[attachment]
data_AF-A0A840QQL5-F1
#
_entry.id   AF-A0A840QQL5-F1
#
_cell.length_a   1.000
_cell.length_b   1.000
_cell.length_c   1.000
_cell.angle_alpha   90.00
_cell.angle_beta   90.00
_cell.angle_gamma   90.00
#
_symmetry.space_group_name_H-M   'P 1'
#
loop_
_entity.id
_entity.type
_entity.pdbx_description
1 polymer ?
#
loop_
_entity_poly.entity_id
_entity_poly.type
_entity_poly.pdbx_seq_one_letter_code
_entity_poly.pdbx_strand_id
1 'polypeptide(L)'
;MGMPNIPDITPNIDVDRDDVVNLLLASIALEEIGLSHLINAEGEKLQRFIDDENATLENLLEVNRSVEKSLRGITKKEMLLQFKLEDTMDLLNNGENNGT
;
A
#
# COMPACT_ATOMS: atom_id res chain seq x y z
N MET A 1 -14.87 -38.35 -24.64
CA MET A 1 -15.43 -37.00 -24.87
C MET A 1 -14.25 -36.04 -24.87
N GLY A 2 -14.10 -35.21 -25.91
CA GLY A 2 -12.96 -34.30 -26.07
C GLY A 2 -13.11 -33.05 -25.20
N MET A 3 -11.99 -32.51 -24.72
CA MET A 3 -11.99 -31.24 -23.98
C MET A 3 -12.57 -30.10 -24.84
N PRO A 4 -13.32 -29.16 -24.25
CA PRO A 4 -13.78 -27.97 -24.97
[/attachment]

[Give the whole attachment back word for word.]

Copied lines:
data_AF-A0A840QQL5-F1
#
_entry.id   AF-A0A840QQL5-F1
#
_cell.length_a   1.000
_cell.length_b   1.000
_cell.length_c   1.000
_cell.angle_alpha   90.00
_cell.angle_beta   90.00
_cell.angle_gamma   90.00
#
_symmetry.space_group_name_H-M   'P 1'
#
loop_
_entity.id
_entity.type
_entity.pdbx_description
1 polymer ?
#
loop_
_entity_poly.entity_id
_entity_poly.type
_entity_poly.pdbx_seq_one_letter_code
_entity_poly.pdbx_strand_id
1 'polypeptide(L)'
;MGMPNIPDITPNIDVDRDDVVNLLLASIALEEIGLSHLINAEGEKLQRFIDDENATLENLLEVNRSVEKSLRGITKKEMLLQFKLEDTMDLLNNGENNGT
;
A
#
# COMPACT_ATOMS: atom_id res chain seq x y z
N MET A 1 -14.87 -38.35 -24.64
CA MET A 1 -15.43 -37.00 -24.87
C MET A 1 -14.25 -36.04 -24.87
N GLY A 2 -14.10 -35.21 -25.91
CA GLY A 2 -12.96 -34.30 -26.07
C GLY A 2 -13.11 -33.05 -25.20
N MET A 3 -11.99 -32.51 -24.72
CA MET A 3 -11.99 -31.24 -23.98
C MET A 3 -12.57 -30.10 -24.84
N PRO A 4 -13.32 -29.16 -24.25
CA PRO A 4 -13.78 -27.97 -24.97